The Role Of Men In Nursing

1933 Words 8 Pages
Nursing is a major career field in many parts of the world. It is a field that is vital to the health and well-being of all people. While most studies focus on the patients and the quality of care that they receive, few seem to consider the toll that the nurses go through on a daily basis. Whether it be overtime, stress, discrimination, or short staff, nurses may have more on them than they should have to bear.
There has been a great deal of controversy over whether or not the nursing workforce is experiencing a shortage (Peterson). This means that there seems to be plenty of people trying to become a nurse but not necessarily enough people actually gaining the title of nurse. Because of this, there is no definite answer to whether or not the
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Some believe that male nurses are the answer because a males value of all things male and masculine, allow men to use strategic thinking to set them apart from their female coworkers and the feminine image of nursing. It is also believed that with such strategic thinking, a great deal of men would be able to obtain administrative and specialty positions. Even though men may be the answer to shortages, there are some barriers that keep men from entering nursing programs and making their way to the top. When men enter nursing they tend to limit their abilities and choice of specialty so that they are not labeled and stereotyped. Most studies show that “attitudes, gender role perceptions, intimate care issues, nurse shortage, retention and motivation influence the professional presence of men in nursing to a great extent.” These studies also revealed that men faced barriers such as sexual stereotypes, few recruiters, few male role models, and the overall female orientation of nursing (“Men in Nursing”). Due to the female orientation of nursing, there are very few opportunities for male nurses to work with other male nurses in certain clinical settings (Kouta and Kaite). Some of these barriers have caused Men to leave nursing during the initial four years after they …show more content…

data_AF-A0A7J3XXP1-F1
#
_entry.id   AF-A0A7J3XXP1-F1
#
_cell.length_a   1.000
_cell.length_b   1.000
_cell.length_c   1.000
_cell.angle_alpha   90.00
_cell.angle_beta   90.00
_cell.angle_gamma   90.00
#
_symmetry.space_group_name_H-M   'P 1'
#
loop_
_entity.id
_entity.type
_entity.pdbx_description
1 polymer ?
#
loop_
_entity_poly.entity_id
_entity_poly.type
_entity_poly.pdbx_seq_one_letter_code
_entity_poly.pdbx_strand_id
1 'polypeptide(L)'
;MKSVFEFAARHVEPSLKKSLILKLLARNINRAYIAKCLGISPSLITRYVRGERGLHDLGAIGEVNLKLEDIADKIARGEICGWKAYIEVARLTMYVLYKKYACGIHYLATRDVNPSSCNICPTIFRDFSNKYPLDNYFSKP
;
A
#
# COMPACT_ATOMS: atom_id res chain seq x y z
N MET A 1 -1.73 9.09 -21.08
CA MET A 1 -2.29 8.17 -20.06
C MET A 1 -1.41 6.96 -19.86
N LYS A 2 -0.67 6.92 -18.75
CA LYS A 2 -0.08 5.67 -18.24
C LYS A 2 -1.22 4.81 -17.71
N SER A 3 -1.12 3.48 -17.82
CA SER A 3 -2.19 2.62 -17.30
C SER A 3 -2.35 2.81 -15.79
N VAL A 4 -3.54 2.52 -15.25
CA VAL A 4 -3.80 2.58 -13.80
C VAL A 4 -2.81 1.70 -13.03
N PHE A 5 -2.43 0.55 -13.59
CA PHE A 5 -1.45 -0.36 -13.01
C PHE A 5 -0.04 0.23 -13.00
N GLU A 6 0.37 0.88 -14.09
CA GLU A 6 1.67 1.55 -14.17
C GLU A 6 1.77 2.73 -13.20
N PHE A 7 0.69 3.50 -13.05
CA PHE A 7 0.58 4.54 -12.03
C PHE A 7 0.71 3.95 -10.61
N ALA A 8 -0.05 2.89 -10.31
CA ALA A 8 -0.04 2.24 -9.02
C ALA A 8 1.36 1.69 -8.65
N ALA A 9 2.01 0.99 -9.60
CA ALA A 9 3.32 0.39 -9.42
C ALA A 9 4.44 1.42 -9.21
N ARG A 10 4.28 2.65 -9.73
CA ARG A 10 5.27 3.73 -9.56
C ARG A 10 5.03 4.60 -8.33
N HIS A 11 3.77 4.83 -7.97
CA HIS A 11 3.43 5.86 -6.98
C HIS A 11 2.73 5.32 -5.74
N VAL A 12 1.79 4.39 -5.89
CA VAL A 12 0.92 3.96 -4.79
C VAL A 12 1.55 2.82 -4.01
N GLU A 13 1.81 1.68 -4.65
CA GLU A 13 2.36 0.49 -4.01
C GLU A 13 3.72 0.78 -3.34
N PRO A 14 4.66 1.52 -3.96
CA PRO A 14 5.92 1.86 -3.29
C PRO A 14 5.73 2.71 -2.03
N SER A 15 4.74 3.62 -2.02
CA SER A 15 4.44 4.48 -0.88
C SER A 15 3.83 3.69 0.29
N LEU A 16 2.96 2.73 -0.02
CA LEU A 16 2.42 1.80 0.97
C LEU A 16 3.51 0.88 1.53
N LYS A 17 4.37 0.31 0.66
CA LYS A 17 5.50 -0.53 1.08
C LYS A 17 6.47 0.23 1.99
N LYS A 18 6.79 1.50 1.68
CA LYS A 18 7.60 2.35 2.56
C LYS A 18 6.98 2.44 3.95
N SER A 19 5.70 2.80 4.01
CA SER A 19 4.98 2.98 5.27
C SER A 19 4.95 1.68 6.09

These ideas are extremely important to workforces and nursing as well. Even though the effects that stress and burnout have on patients is very relevant the safety of patients and the quality of care provided is not defined well by the evidence (Jennings). If the relationship with staff, visitors, or patients, is frequent or intense then the nurse will be required to put forth more emotional effort (Trinkoff). When this happens, the nurse is more likely to experience symptoms associated with burnout. These symptoms often include disconnection with oneself and becoming emotionally exhausted

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